Hi Ted, Love reading your blog posts. Keep them coming. Question for you, can you comment on the photos we see of the best cyclists in the world on the best bicycles in the world walking their bikes up these cobbled bergs in Belgium like school girls? Can’t they put a gear on that would allow you to spin up these climbs even if you’re fried from racing 200km? Best wishes for Paris-Roubaix. Thanks from Maine.

    Reply
    • iamtedking

      Swell question Don. 22% is steep. Very very steep. Then enter the square peg/round hole dilemma, which is 200 guys wanting to be in the first 20 going up the climb. The road is about 6 feet wide, probably about as wide as would allow your car to drive up and scratch the crap out of the sides. The right side of the road is wet and therefore slippery. “Road” is also a misnomer because these are very abrupt cobbles. Collectively this sums to a tenuous situation – as soon as one guy bobbles, everyone behind him bobbles. Then since we’re going about 4kph on the bikes, and then we’re trackstanding, it suddenly makes more sense to dismount and run around the guy in front of you.

      We’re perfectly capable of riding bottom to top alone or in training or with some buddies. Sure, it’s difficult, but doable. The clusterfudge that is bike racing throws an entirely new wrench into the spokes, so to speak. Hope that helps.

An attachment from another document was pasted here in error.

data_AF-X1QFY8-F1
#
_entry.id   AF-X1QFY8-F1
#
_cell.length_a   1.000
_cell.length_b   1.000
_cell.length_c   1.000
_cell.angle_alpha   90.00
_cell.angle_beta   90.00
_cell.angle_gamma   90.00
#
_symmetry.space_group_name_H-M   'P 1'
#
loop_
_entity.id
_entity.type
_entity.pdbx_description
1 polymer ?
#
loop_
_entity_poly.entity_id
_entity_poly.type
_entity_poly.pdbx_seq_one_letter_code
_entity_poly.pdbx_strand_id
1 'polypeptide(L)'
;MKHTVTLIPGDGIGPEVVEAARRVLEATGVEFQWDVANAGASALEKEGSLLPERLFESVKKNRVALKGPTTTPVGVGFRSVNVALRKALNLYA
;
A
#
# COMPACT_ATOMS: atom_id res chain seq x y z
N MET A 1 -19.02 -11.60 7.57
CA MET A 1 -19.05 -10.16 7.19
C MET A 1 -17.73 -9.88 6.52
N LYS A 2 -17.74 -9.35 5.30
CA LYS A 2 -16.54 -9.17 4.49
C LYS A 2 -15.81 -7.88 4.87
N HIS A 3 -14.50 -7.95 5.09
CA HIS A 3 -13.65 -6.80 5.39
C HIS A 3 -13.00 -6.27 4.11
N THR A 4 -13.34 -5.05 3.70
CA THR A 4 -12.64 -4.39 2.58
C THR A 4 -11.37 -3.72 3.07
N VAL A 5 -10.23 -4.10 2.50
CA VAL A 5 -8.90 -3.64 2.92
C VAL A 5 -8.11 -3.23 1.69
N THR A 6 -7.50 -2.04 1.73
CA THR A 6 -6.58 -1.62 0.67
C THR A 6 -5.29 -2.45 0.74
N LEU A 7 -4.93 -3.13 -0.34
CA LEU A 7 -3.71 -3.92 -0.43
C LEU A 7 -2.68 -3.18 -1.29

Reply
  7. Steph

    That’s a fine and outstanding chart Mr Ted. Please carry on being tremendous at all times.

    Reply
  8. LeeH

    Excellent to see you doing so well. I’ll have Douval with my fresh eggs and avocado for Sunday am breakfast whilst cheering you on.

    Reply
  9. LeeH

    Feeling shame in Durham, Duvel. Still fresh eggs though.

    Reply
  10. Pedro Barbieri

    Hi Ted. I just found your blog through inrng.com, and I have to say I love it! Any way, if, in the midst of climbing the mighty Paterberg, you noticed a few blokes bearing a Slovak and a Portuguese flag and cheering every Cannondale until their lungs came off, well that was me and my friends! If you didn’t notice because you were too busy climbing that insane thing, then you should know we were there for you guys! Congrats on an awesome race, it was an unforgettable moment just to witness this epic race in person (even if Peter came second :( ).
    Keep up the excellent work and good luck for the rest of the season.

    Cheers

    Reply

Leave a Reply

Your email address will not be published. Required fields are marked *

You may use these HTML tags and attributes: <a href="" title=""> <abbr title=""> <acronym title=""> <b> <blockquote cite=""> <cite> <code> <del datetime=""> <em> <i> <q cite=""> <strike> <strong>